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Existence is an aspect of variables that most programmers rarely consider because it is an obvious consequence of the type of language that they most use.
For example, in Fortran and Basic variables are usually static, in block structured languages such as Java, C and C# they are usually dynamic or automatic as the term "dynamic" is used for so many things.
- A static variable is one that exists for the duration of the program.
- An automatic variable is created each time a function is run and then destroyed when it ends.
In languages such as Fortran and Basic static variables are the norm.
In block structured languages automatic variables are the norm.
Static variables can be used to store state information such as the number of times a function has been called. As a static variable retains its value between calls you can simply add one each time the function is called. Automatic variables make it impossible to set up a use counter in this way because they are destroyed when the function terminates. In this case you have no choice but to use a global variable or at least one that lives long enough to retain the count.
Automatic variables minimise storage requirements by assuming that if a procedure isn't running then its local variables cannot be in use by any other procedure.
Of course in a block structured language automatic variables exist when the block they are declared in is executing and they are destroyed when the block is completed.
This existence rule is just an extension of the nested scope rule - if a variable is in scope then it exists if it isn't then it doesn't.
Even block structured languages normally allow the programmer to create static variables on demand. Usually by declaring them using a a STATIC modifier. Languages that don't have a STATIC modifier and so don't appear to recognise the existence of static variables allow you to create static variables as global variables. A variable that has global scope will exist for the whole program and so can be described as a global static variable.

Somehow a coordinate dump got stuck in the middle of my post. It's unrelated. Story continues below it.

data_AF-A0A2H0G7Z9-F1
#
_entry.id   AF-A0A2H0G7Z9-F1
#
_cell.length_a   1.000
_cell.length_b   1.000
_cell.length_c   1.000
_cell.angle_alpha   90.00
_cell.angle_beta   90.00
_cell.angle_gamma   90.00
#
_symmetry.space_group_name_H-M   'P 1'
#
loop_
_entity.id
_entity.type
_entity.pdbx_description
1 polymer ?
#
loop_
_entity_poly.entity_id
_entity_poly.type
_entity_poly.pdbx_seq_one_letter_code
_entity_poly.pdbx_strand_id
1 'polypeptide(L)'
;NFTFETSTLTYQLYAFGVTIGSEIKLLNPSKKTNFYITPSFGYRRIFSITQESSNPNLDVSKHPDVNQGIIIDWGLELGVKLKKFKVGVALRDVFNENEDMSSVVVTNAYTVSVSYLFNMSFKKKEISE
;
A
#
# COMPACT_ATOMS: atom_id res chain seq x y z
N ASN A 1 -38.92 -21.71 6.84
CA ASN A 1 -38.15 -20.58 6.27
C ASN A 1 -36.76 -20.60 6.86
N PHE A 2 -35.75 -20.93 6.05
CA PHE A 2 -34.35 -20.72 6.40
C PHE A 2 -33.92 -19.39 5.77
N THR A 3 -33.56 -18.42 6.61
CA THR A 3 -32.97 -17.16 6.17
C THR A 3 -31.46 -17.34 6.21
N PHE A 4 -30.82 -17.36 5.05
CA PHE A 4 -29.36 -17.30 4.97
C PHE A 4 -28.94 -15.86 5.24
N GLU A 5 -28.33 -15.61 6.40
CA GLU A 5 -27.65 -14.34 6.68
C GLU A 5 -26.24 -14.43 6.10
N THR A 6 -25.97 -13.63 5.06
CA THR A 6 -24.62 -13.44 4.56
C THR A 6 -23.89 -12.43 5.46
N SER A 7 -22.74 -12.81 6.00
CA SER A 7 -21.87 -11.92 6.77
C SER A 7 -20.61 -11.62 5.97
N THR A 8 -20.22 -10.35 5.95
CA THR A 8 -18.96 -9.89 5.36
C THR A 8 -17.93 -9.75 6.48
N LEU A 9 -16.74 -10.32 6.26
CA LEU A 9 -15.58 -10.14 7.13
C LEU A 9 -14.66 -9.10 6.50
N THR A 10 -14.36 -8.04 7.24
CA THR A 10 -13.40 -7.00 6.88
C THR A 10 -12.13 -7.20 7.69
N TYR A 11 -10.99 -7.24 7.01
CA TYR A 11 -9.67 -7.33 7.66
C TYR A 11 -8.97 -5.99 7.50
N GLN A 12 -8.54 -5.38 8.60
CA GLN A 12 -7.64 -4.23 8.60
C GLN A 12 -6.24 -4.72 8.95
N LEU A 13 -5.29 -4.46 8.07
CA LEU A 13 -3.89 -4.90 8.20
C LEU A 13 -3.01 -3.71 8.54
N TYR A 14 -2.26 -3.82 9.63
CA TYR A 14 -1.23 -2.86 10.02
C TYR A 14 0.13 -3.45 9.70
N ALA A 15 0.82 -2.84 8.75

You might be wondering what the advantage of static variables is that many early languages adopted them as the only type they provided?
Well the answer is that a static variable can be assigned to an area of storage by the compiler at compile time and it stays there at the same location throughout the run of the program. This makes static variables simpler and faster than automatic variables.
Automatic variables on the other hand cannot be allocated at compile time they have to allocated to storage at run time. Fortunately this isn't as difficult as it sounds because most block structured languages use some sort of execution stack.
When a new procedure is started the old variables are pushed on the stack and the new procedures are allocated. When the procedure is finished the original procedure's variables are pulled off the stack. Using the stack makes automatic variables very easy to implement.
At this point you can now see that variables can be classified in two ways Scope - local, nested, global; and Existence - static and automatic.
No doubt there are other subtle ways of managing variables their scope, visibility, lifetime and so on - but this more or less corresponds to what most programmers have to deal with today.
in general when learning a new language you have to ask what the rules are for the binding of a name to an entity i.e. its scope and you have to ask about the question of the lifetime of that binding. There are many variations of possible answers.
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